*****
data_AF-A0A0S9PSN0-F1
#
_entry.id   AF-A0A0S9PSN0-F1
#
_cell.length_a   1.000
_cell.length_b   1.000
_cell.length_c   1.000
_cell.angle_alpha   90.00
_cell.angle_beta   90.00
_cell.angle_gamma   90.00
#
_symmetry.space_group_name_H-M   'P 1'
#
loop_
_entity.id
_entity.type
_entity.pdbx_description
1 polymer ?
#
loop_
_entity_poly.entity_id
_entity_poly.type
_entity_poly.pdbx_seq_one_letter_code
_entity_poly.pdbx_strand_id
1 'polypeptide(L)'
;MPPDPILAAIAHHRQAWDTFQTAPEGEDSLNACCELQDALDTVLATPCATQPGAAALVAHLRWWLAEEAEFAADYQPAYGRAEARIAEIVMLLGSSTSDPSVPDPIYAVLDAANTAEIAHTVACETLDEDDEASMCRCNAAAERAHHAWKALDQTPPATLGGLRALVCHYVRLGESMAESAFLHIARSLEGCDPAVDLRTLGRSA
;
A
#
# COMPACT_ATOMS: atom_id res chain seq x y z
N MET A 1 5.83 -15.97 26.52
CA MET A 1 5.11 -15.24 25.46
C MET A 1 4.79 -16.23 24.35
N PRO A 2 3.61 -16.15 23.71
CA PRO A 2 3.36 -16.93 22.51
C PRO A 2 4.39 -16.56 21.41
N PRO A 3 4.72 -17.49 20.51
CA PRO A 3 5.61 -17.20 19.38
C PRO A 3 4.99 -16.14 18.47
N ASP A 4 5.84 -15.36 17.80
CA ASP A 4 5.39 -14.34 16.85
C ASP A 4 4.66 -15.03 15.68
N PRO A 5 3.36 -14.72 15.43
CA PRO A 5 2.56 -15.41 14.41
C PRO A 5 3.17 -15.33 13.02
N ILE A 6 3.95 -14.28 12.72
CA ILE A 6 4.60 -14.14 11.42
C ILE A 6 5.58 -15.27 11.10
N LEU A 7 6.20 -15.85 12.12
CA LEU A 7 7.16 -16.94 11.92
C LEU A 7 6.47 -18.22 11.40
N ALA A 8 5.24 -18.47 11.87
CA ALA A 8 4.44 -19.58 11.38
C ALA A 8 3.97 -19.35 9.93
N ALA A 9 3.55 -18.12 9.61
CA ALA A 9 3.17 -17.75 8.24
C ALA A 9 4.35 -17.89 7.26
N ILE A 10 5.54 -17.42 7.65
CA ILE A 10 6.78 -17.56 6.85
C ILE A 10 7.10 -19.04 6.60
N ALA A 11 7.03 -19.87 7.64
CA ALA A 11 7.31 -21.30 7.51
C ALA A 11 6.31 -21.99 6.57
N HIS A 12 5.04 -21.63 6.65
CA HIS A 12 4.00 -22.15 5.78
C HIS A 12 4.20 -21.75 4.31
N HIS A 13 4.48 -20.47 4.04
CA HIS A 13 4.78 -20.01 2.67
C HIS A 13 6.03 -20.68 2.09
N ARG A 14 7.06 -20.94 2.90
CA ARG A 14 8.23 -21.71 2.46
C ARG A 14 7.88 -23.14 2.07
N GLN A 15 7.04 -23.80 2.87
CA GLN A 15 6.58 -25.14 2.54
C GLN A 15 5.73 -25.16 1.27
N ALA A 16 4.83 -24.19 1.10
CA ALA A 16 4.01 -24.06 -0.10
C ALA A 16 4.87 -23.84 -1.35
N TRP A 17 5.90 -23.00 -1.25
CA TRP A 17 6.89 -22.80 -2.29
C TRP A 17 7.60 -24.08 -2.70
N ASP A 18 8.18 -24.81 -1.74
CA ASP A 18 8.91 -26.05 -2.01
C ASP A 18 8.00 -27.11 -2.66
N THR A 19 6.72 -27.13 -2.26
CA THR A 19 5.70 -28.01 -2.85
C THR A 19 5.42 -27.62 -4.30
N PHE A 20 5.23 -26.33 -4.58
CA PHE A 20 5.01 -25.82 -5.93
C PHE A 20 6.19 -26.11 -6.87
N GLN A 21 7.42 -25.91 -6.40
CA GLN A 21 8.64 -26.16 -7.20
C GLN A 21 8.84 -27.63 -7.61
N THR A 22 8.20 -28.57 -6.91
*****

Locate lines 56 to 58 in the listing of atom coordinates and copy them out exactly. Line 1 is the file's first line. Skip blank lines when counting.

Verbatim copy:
CA ALA A 9 3.17 -17.75 8.24
C ALA A 9 4.35 -17.89 7.26
N ILE A 10 5.54 -17.42 7.65